The bed swivels under a different laser.  I stare at a green beam amidst an array of lights that is reminiscent of the end scenes of Close Encounters of the Third Kind.  Things get blurry and dim (as they told me they would) and I hear a bit of a squeaky sound...and I briefly smell burning, which make sense, since that is what is supposed to happen, but it is a bit disconcerting, nonetheless.

12 seconds...done.

I did well again.  I start to wonder if I should pursue Olympic competition in laying very still while lasers shine in my eye, but I am not sure I want to bother seeking sponsors.

A quick look at my eyes by Dr. Tylock to confirm the flaps look good.  They do.

Drops in my eyes (I think maybe steroids for anti-inflammatory, not sure).

Back in the hall for "20 minutes".

Brought back in for pretty much the same routine, except they use a different laser for the flap cutting.  It takes about three times as long, around 20 seconds, but it goes very smoothly.  Then I hang out for a minute, then on to the IntraLASIK.  Smooth again.  Looks good.

More drops.  Out onto the recliner to sit for 25 minutes, while they call my ride.  I keep my eyes closed as much as possible.

I am handed a tote bag carrying my laptop, etc.  Ironically, I had made fun of these very tote bags when I first visited for my exam for seeming to be a goofy way to advertise LASIK.

4:50 Back home. My vision already noticeably in spite of the tears. It's like a confused weatherman's prediction - clear but cloudy.

Sleeping pill taken. Ate a little bit of a salad (and some mac and cheese; lasers in my eyes warrants comfort food) so that hunger does not wake me up.  Off to bed.

5:40 Eyes still stinging pretty badly.  Having them closed seems to really magnify it.  I know they are most though.  Any time I open them, a river of tears flows from the corners of my eyes.  Well, they gave me a second sleeping pill just for such an occasion, but when they did, they said "if you haven't gotten to sleep in 45 minutes take the second one" as opposed to "if you feel the urge to remove your eyes, take the second one."

So, I call the nurse to be safe, explain what's happen, she confirms everything sounds normal and to take the pill.  Eventually sleep finally takes over.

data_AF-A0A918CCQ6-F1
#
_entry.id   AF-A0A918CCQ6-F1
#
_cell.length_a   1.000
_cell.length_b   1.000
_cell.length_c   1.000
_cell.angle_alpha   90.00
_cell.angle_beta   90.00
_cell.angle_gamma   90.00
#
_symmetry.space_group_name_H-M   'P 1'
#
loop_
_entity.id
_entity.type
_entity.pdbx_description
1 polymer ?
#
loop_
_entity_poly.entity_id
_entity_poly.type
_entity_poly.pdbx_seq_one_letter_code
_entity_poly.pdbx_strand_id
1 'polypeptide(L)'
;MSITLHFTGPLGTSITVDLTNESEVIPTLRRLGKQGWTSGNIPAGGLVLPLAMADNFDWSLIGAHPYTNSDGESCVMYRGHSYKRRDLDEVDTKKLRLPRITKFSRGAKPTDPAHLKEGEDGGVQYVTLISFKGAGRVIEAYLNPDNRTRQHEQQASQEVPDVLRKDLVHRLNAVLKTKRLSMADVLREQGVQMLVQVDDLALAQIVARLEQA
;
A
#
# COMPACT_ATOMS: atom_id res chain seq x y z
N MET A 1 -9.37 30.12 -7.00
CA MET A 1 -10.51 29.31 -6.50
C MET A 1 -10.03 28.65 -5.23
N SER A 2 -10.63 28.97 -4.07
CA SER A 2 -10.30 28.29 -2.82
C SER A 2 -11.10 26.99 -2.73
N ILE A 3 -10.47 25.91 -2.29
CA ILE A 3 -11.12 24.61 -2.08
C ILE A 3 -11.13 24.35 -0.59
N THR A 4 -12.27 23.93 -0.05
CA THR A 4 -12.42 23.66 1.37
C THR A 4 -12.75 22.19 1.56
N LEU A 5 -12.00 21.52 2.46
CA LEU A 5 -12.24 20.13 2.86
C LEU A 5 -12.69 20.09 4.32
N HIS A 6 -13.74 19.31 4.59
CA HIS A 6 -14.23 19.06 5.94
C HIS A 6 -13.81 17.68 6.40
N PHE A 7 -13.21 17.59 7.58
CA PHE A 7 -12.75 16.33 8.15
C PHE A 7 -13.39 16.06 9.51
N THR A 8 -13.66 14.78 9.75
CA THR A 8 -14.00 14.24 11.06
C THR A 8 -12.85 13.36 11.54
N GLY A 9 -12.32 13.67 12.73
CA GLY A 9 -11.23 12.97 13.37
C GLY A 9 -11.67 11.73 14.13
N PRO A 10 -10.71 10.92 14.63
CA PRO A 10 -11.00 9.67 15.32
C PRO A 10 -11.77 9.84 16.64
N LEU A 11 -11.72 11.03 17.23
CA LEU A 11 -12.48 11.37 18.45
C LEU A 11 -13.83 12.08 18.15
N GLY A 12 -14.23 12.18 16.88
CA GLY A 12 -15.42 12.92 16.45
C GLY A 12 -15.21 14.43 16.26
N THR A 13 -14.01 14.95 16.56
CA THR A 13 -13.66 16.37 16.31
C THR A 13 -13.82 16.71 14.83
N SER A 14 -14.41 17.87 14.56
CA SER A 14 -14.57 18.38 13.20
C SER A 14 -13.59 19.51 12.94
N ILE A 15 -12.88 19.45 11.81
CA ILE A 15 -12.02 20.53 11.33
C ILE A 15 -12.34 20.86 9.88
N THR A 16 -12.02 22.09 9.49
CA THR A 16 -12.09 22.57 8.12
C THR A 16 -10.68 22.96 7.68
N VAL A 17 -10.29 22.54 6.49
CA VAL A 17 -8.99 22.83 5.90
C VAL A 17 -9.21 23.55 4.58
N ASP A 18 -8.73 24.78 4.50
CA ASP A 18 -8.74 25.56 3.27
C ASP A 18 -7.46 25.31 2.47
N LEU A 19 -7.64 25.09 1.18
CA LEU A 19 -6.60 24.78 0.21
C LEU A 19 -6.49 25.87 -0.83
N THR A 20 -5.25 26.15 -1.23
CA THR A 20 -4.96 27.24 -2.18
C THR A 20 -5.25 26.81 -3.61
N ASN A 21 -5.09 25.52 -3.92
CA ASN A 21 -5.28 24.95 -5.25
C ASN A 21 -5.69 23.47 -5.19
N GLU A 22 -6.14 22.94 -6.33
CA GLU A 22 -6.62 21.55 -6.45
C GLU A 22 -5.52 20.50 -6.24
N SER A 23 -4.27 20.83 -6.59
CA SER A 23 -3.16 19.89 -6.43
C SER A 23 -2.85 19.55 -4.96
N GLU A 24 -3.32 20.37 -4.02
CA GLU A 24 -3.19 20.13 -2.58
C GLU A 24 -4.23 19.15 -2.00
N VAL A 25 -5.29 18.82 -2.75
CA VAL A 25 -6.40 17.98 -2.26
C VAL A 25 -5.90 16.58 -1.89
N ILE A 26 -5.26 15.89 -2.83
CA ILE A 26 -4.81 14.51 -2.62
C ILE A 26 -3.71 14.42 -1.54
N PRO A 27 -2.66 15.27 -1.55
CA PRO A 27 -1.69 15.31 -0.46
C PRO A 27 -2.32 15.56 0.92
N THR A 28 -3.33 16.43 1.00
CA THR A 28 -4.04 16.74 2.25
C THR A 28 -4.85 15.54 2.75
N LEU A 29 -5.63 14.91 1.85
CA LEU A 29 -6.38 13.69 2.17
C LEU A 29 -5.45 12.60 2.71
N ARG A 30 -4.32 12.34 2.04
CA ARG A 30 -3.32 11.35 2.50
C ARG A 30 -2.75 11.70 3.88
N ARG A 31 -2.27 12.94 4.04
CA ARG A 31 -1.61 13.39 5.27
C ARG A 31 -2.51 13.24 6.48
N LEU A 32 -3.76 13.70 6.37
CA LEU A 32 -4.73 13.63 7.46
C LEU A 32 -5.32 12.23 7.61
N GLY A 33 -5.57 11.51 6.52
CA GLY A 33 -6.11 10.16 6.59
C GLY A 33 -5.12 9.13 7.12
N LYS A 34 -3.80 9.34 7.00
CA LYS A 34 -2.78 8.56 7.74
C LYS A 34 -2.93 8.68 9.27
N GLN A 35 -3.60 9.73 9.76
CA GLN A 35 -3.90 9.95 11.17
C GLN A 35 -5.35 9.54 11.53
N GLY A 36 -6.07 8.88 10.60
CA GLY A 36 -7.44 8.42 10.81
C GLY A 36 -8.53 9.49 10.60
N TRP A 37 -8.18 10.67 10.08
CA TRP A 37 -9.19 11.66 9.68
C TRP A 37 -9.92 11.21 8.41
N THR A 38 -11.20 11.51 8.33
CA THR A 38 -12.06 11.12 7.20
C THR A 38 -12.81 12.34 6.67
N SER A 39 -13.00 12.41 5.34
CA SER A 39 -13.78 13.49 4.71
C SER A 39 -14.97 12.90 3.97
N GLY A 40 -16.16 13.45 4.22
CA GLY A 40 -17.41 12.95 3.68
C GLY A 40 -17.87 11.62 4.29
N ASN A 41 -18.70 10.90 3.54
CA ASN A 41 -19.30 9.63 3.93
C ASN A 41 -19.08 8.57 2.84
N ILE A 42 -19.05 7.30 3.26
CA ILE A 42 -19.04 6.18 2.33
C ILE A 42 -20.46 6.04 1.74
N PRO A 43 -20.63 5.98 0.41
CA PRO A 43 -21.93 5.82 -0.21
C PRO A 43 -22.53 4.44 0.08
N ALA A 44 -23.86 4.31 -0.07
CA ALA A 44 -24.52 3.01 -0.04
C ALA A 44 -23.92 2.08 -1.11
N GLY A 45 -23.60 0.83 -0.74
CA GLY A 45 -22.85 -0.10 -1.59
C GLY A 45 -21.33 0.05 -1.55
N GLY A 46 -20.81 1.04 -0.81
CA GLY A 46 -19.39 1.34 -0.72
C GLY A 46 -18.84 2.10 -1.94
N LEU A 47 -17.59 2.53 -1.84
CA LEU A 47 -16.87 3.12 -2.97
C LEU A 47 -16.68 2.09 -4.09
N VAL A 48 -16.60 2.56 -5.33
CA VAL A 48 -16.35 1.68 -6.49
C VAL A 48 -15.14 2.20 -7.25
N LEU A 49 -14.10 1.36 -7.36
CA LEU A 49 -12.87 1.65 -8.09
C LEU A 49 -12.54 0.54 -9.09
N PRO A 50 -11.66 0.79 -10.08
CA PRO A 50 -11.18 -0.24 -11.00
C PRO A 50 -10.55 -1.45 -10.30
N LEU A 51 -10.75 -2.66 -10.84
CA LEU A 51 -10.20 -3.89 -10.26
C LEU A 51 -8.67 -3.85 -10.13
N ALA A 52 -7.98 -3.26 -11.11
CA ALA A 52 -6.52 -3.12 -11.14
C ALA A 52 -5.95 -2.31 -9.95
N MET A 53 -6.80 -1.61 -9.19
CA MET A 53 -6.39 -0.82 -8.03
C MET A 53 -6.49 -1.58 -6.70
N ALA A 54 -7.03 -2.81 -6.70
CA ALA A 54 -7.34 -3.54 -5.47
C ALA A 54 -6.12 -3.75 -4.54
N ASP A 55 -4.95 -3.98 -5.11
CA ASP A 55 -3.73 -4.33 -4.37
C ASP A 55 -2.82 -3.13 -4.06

Some weird dreams/thoughts...mostly just odd.  Not sharing them here.  You'll have to live in suspense.

13:05 Wow, that feels a lot better.  They said I could get up and watch TV for a bit then go back to bed, but the also said sleeping was back to bed I go and eventually fall back to sleep.  But first, some pictures!


That is my right eye.  Basically, it just looks red, like I have not slept enough, or been hanging around a Phish concert.

Brace yourself for the left eye.

This was expected.  This was the one that required the older laser for the flap creation.  Note: the damage is from capillaries rupturing due to the suction that is placed on the eye during the process and looks worse than it is; this eye was put under suction multiple times and the older laser takes about three times as long to make the flap, so this eye was under suction for a considerable amount of time.

Back to bed...

Wednesday, September 28, 2011

Adventures in LASIK - The Day Before

That is a crappy picture of my left eye, but it will do.  Tomorrow, my eyes get zapped.

I have done just about all of the pre-op stuff.  I have put in steroid* and antibiotic eye drops four times today...spacing the drops out so they don't wash one another out and diminish the therapeutic effect.

* - Hopefully that doesn't mean my eyes will have tiny testicles now.

I read ahead to the post-op stuff, which motivated me to pick up some some Refreshe artificial tears.  I am going to need to put them in every 30 minutes tomorrow and Friday, when I am awake.  I went all out and got the individually bottled doses because, hey, I am not going to cheap out on my eyes.

I have my ride all lined up.  You need a ride back since your eyes have been zapped and you are probably groggy from a sedative.  Oh, and that whole keeping your eyes closed as much as possible for 4 hours afterwards thing (to facilitate healing); that probably does not go well with driving.

I was a good boy and did my Friday weight-lifting this evening since I am not supposed to lift weights for at least one day after the procedure.

There is still some residual anxiety about the procedure, but it's minimal.  I am very much of the school that worrying is not a good thing, either accept the situation or do something.  And since the only thing I can really do is follow my patient instructions, show up, lay still, and then follow more instructions; that is what I will do.  Anxiety will not focus the laser beam and god forbid that I am anxious and pass that along to them.  I need them frosty and cool as they fry my cornea.

Now for the final prep for tonight - soaking, scrubbing, and cleaning my eyelids and eyelashes.  I hope they turn out real purty.